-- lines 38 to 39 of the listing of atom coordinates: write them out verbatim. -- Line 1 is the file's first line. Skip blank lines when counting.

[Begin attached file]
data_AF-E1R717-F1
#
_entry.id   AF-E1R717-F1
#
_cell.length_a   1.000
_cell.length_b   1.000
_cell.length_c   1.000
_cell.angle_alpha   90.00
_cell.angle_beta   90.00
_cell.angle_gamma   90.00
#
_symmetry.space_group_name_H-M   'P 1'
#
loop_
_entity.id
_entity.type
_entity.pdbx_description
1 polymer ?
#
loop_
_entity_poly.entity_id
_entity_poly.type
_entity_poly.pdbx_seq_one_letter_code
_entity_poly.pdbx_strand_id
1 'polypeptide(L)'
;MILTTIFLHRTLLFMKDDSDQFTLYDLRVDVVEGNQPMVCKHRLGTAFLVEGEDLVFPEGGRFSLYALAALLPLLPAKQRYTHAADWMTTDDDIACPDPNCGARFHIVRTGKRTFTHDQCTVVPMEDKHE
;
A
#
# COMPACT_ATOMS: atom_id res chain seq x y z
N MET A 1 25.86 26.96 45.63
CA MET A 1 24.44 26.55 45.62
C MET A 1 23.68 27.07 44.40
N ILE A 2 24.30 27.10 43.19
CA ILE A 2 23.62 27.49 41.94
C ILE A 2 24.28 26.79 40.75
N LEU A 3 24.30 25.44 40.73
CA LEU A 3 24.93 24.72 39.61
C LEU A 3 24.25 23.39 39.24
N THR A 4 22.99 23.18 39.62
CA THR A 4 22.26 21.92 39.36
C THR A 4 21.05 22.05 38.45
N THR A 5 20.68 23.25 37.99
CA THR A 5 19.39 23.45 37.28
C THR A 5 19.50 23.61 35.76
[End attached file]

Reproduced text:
CA LEU A 3 24.93 24.72 39.61
C LEU A 3 24.25 23.39 39.24